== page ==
“‘Found a gambler’s hidden stash fixin’ up the place next door,’ he explained, handing me another half eagle. ‘Out back, take care — thar’s a coal pit, where they put those what died of the fever an' some quicklime — cover’s done rotted away.’
“He showed me a room with a cot and a couple of old linen chests. A simple kitchen — water pump, wood stove, a well-stocked pantry, and a roughly-made table — separated our rooms. That’s how it was the few weeks I was there.
“He was quickly wasting away, larger doses of jimsonweed making his speech erratic, but not doing much for his breathing — at these times he’d insist that Lillie would come to him before his time came.
“It’d been raining for a couple of days. A peek outside, showed everything to be soaked — even the old mine shaft had begun spilling over. The humidity made breathing unbearable for him. A large dose of the jimsonweed had put him into an uneasy sleep. Breathing in powdered leaves all day had made me dizzy — I laid down.
“Waking, I saw the chests in my room were open — a girl — was it me? — at the kitchen table — no maybe it wasn’t — would I be wearing such antiquated garb? But I felt wet — I was in my room wasn’t I? Wet, soaking — but her dress left no spots on the dusty floor. Bracing myself in the doorway — no wait, against the table — I crushed a handful of green nightshade fruit and a head of poppy in half a glass of bourbon — ‘not a healthy drink at all, at all,’ I thought. Straining it into his cup she headed for his room, and I followed — well he was calling for me wasn’t he? ‘Lillie, Lillie!’ Kneeling by his bed she said ‘Papa, drink this papa, momma’s waitin’ for you outside, an’ we can all be together.’ I left her with him, his smile told me it would soon be over.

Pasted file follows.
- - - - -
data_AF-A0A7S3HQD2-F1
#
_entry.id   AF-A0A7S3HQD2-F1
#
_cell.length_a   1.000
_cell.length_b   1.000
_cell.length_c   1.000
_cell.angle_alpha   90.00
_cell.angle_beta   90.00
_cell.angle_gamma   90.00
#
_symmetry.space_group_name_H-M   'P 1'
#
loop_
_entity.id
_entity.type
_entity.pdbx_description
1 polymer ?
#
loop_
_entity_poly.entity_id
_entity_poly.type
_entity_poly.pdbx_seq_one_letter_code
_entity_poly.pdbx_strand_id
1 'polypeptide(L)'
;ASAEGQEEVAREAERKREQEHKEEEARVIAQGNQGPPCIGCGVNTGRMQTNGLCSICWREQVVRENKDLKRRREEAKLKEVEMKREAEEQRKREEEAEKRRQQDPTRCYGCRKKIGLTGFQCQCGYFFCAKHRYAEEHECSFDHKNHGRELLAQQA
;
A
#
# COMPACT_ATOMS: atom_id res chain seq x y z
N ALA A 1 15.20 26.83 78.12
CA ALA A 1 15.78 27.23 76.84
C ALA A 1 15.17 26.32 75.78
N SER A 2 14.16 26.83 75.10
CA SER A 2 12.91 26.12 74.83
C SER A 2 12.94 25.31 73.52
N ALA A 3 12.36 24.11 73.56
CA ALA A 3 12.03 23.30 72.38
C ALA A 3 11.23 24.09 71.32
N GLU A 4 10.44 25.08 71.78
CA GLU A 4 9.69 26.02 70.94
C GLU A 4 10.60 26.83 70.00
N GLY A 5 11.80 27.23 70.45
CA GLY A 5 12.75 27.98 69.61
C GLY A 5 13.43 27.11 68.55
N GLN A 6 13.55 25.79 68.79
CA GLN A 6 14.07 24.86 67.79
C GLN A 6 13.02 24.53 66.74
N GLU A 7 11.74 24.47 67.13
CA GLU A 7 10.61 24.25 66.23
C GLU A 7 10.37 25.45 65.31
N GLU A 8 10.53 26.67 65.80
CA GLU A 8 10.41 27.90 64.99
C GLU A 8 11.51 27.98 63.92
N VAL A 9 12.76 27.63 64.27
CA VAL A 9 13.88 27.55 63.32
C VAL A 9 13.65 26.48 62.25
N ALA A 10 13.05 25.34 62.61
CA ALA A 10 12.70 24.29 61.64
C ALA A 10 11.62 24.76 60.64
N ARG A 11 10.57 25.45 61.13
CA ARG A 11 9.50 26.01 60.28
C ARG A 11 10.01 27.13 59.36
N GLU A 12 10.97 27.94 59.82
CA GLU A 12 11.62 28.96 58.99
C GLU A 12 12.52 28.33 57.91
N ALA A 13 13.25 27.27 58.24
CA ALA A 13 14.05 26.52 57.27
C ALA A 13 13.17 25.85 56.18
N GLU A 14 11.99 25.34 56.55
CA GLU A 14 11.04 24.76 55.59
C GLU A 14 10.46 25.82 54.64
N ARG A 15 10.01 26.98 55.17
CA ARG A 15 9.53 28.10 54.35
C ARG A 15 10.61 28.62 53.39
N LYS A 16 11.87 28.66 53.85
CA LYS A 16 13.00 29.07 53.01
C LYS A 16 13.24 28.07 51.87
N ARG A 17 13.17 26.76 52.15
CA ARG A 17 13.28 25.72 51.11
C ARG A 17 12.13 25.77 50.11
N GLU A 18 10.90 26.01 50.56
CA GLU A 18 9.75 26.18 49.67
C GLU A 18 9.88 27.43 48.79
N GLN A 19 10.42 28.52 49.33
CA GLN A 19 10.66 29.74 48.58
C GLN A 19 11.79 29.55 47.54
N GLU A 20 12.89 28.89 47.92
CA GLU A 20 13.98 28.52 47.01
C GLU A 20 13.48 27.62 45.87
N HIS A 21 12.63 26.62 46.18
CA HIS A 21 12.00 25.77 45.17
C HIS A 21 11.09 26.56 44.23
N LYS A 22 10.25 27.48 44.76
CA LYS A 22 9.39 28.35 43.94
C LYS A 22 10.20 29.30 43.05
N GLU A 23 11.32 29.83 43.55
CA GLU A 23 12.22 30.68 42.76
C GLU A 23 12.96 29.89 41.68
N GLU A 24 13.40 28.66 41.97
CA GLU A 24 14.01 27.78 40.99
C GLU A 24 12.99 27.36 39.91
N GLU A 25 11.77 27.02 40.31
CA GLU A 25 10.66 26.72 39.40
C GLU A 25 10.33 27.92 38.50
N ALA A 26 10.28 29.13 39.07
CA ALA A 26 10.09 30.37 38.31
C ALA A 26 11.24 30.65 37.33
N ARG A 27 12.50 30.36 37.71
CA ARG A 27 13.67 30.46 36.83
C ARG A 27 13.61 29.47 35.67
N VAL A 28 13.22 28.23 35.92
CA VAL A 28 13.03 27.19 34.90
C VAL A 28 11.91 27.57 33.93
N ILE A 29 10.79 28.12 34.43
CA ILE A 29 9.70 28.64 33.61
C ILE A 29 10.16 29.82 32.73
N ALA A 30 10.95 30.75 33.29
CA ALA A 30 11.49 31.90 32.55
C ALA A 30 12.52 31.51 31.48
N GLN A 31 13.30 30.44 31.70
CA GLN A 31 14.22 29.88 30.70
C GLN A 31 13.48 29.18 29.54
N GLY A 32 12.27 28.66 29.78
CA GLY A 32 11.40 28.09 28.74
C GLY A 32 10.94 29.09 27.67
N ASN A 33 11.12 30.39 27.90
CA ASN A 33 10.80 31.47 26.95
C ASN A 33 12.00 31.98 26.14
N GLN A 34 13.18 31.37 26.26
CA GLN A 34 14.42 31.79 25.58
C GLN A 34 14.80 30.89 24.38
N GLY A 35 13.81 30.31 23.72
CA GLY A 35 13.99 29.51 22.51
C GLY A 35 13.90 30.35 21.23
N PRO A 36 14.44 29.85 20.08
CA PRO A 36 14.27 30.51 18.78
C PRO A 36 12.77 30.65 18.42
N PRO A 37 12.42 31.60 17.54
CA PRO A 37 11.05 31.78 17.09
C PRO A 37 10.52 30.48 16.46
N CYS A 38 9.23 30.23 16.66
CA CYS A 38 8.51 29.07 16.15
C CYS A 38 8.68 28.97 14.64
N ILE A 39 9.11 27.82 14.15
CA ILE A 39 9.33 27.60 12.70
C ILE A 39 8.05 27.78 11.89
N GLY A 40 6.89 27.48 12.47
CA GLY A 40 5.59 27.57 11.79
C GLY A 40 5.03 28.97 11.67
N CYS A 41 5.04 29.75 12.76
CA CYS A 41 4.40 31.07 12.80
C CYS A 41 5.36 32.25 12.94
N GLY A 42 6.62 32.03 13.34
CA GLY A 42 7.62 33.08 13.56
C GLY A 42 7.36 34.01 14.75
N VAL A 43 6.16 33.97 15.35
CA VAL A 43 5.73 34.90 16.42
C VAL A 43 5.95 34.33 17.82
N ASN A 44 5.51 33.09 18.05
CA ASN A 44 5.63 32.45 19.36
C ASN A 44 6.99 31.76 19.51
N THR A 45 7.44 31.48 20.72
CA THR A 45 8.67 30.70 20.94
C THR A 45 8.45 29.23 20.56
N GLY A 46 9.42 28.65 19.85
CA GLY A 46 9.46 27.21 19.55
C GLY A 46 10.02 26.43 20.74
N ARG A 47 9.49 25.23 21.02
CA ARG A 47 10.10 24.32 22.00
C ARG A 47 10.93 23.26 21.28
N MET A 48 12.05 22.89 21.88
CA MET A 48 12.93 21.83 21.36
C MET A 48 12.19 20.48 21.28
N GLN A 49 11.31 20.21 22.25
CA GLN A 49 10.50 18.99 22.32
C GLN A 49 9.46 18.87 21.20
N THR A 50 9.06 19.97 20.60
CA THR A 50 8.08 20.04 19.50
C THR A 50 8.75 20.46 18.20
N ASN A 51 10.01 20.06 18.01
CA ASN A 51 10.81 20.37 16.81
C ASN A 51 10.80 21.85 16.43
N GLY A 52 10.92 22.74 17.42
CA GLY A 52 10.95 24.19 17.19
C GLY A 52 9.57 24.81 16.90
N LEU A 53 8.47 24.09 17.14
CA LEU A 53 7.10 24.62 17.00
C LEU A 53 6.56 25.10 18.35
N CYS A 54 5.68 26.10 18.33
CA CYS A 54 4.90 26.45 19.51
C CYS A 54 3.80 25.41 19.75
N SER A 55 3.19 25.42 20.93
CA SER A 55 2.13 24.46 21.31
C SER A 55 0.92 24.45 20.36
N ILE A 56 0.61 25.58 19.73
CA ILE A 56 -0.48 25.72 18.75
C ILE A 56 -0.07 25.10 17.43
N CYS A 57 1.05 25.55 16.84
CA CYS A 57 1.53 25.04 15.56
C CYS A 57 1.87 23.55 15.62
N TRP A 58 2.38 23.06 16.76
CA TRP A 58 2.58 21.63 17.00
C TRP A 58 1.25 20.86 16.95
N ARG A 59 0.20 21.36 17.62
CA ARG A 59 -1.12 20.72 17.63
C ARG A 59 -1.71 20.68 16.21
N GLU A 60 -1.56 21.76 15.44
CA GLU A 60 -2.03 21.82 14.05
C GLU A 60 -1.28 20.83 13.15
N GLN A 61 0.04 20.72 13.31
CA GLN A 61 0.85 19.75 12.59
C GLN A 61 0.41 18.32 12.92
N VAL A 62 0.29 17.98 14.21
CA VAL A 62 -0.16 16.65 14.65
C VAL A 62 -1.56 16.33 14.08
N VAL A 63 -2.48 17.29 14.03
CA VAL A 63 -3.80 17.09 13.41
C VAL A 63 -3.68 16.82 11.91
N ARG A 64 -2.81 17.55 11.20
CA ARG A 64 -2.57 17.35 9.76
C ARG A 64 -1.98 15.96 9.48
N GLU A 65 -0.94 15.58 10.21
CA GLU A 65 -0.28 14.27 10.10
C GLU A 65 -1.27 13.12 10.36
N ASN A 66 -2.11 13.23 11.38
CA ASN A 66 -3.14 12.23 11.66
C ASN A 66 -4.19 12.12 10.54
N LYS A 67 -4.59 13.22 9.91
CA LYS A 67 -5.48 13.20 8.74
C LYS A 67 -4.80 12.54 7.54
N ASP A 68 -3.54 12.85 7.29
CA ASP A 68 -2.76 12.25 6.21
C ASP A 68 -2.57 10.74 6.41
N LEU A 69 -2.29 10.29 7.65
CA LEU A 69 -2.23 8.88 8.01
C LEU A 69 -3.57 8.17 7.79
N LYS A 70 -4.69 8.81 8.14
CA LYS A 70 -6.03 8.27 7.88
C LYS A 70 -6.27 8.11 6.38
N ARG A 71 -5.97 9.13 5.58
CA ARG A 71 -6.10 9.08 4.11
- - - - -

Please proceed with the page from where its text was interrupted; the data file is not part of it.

“I stumbled to the table and drank some bourbon, but it only worsened my dizziness, and that sobbing, was that in my head? that sobbing from his room — was I back there? — what door had I gone through? — wait, it was raining. I just kept going — Lillie would be alone now, she would take care of everything. I walked and walked looking for some light. A light from a house...then there it was, and it was getting closer, ha! the whole damn house was coming to me, with two shiny windows — and there he was — Brother Reynolds.”
Copyright: © 2010 Georges Dodds
Published in strong competitors to The New Flesh like International Agrophysics and Estudos de Literatura Oral, Georges Dodds has until recently kept his weird writing under mouldy cerements. His recent genre activities include textual resurrection for a publisher of Gothic novels, unearthing and presenting in an e-library some thematic precursors of Edgar Rice Burroughs' Tarzan of the Apes, translating early French science-fiction to English, and preparing a collection of American dime-novelist William Murray Graydon's earliest adventure stories. Georges and his 3-species family (4 with the goldfish), lives in a former bus garage, on the now relocated site of an18th century cemetery -- so far tilling the garden hasn't revealed its past.